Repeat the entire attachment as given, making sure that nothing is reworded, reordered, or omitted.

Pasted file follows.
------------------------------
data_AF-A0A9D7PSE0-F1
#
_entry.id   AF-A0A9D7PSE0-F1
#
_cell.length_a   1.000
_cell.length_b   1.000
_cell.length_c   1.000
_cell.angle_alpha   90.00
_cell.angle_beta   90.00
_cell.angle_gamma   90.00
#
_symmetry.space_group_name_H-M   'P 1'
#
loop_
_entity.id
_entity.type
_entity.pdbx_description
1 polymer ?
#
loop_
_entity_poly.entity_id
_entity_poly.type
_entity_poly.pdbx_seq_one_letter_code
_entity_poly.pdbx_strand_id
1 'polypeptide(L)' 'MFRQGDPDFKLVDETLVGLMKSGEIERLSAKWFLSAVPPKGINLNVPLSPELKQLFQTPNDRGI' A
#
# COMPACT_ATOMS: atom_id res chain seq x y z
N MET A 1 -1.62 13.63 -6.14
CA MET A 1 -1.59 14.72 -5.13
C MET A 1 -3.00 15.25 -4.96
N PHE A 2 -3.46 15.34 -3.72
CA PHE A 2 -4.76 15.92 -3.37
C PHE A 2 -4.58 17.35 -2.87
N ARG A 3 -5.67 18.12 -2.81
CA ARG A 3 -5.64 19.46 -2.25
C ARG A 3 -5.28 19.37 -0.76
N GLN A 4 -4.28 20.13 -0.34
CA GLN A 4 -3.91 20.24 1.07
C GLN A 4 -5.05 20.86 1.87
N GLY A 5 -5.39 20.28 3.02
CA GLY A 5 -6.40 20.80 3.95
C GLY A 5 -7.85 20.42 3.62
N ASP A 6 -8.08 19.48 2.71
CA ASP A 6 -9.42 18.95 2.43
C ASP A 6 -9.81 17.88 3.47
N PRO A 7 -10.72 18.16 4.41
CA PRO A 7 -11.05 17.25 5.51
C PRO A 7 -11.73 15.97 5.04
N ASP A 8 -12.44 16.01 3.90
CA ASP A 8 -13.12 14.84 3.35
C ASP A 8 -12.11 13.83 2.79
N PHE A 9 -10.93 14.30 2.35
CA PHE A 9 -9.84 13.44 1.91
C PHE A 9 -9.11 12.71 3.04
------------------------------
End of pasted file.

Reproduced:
data_AF-A0A9D7PSE0-F1
#
_entry.id   AF-A0A9D7PSE0-F1
#
_cell.length_a   1.000
_cell.length_b   1.000
_cell.length_c   1.000
_cell.angle_alpha   90.00
_cell.angle_beta   90.00
_cell.angle_gamma   90.00
#
_symmetry.space_group_name_H-M   'P 1'
#
loop_
_entity.id
_entity.type
_entity.pdbx_description
1 polymer ?
#
loop_
_entity_poly.entity_id
_entity_poly.type
_entity_poly.pdbx_seq_one_letter_code
_entity_poly.pdbx_strand_id
1 'polypeptide(L)' 'MFRQGDPDFKLVDETLVGLMKSGEIERLSAKWFLSAVPPKGINLNVPLSPELKQLFQTPNDRGI' A
#
# COMPACT_ATOMS: atom_id res chain seq x y z
N MET A 1 -1.62 13.63 -6.14
CA MET A 1 -1.59 14.72 -5.13
C MET A 1 -3.00 15.25 -4.96
N PHE A 2 -3.46 15.34 -3.72
CA PHE A 2 -4.76 15.92 -3.37
C PHE A 2 -4.58 17.35 -2.87
N ARG A 3 -5.67 18.12 -2.81
CA ARG A 3 -5.64 19.46 -2.25
C ARG A 3 -5.28 19.37 -0.76
N GLN A 4 -4.28 20.13 -0.34
CA GLN A 4 -3.91 20.24 1.07
C GLN A 4 -5.05 20.86 1.87
N GLY A 5 -5.39 20.28 3.02
CA GLY A 5 -6.40 20.80 3.95
C GLY A 5 -7.85 20.42 3.62
N ASP A 6 -8.08 19.48 2.71
CA ASP A 6 -9.42 18.95 2.43
C ASP A 6 -9.81 17.88 3.47
N PRO A 7 -10.72 18.16 4.41
CA PRO A 7 -11.05 17.25 5.51
C PRO A 7 -11.73 15.97 5.04
N ASP A 8 -12.44 16.01 3.90
CA ASP A 8 -13.12 14.84 3.35
C ASP A 8 -12.11 13.83 2.79
N PHE A 9 -10.93 14.30 2.35
CA PHE A 9 -9.84 13.44 1.91
C PHE A 9 -9.11 12.71 3.04